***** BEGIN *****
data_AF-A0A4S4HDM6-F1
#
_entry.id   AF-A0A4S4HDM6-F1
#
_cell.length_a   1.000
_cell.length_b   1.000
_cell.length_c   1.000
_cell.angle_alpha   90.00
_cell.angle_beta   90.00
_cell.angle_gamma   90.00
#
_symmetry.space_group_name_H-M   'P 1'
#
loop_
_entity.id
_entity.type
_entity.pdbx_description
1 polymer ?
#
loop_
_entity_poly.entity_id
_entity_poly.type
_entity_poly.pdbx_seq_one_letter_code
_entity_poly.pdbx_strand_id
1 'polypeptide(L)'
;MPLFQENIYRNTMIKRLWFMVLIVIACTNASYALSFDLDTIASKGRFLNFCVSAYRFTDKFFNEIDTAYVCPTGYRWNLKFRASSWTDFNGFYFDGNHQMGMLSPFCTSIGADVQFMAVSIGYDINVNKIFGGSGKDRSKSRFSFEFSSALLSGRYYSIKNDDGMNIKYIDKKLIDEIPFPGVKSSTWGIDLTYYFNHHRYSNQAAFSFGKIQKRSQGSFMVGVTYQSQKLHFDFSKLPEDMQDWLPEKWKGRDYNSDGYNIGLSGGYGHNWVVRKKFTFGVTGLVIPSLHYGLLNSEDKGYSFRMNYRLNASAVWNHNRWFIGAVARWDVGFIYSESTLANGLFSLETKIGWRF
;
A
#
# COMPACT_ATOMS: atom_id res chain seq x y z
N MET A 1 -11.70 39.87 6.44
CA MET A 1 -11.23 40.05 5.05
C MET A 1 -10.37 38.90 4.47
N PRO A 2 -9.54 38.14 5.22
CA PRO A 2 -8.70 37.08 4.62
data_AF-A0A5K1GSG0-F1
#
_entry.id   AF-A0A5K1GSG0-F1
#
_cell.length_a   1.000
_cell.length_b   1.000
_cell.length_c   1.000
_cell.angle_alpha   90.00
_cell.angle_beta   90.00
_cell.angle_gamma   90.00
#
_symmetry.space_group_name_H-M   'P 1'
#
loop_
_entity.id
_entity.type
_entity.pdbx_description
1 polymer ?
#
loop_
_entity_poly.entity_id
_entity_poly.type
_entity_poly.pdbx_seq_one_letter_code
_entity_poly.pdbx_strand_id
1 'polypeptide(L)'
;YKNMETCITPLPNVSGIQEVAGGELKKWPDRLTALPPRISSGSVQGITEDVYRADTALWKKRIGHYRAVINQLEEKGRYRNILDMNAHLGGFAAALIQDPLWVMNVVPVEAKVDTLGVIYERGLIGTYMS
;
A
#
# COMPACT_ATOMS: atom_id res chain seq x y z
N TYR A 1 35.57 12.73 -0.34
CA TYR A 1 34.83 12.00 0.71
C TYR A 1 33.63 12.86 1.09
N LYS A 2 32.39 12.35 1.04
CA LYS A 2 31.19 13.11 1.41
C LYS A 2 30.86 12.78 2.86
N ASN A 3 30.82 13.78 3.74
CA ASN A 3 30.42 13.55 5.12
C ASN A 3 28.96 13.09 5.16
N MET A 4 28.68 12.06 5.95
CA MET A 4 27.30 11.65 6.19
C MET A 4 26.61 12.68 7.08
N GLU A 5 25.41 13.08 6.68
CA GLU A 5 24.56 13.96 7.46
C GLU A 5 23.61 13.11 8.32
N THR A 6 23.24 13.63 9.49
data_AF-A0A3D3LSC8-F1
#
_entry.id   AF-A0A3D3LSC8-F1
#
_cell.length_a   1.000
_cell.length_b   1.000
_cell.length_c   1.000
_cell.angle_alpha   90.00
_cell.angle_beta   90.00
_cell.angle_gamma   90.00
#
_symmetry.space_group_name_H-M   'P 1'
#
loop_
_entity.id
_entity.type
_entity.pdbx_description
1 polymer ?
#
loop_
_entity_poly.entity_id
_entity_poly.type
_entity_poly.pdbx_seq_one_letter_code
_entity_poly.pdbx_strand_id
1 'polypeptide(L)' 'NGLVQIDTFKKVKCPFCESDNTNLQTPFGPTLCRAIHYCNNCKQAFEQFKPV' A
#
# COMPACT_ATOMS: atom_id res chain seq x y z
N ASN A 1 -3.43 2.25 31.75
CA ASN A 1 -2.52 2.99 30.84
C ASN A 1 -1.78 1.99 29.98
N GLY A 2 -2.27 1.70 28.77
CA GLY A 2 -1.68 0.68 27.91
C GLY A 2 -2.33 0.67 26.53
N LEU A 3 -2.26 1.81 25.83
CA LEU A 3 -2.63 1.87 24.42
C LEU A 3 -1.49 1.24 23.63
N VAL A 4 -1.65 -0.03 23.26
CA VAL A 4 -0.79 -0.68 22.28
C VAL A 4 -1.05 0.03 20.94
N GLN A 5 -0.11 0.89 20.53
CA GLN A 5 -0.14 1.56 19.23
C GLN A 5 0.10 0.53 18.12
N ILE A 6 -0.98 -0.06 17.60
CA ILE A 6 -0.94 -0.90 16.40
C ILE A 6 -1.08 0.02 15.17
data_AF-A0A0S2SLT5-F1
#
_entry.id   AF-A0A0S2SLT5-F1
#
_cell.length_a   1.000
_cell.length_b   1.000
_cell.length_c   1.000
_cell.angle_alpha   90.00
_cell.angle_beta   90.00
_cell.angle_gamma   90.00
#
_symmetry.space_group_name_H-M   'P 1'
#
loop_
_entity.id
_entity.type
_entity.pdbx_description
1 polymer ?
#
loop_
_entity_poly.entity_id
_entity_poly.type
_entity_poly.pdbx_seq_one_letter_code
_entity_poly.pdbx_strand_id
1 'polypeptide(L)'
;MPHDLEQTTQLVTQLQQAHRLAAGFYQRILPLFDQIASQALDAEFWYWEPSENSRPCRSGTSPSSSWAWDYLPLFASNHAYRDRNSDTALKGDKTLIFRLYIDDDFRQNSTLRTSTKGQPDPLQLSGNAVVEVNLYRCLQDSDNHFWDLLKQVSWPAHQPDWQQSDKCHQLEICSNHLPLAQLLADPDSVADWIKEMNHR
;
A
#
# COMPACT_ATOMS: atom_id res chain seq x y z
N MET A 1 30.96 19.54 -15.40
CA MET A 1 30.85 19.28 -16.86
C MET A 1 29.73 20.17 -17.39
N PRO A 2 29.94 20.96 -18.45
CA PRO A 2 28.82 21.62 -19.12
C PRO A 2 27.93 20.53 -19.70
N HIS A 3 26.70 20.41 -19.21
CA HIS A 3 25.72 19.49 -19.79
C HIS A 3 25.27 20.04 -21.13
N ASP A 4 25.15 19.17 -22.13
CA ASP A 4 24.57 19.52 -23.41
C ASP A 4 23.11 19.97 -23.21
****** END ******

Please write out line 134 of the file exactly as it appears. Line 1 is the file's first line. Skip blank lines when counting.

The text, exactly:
_cell.angle_alpha   90.00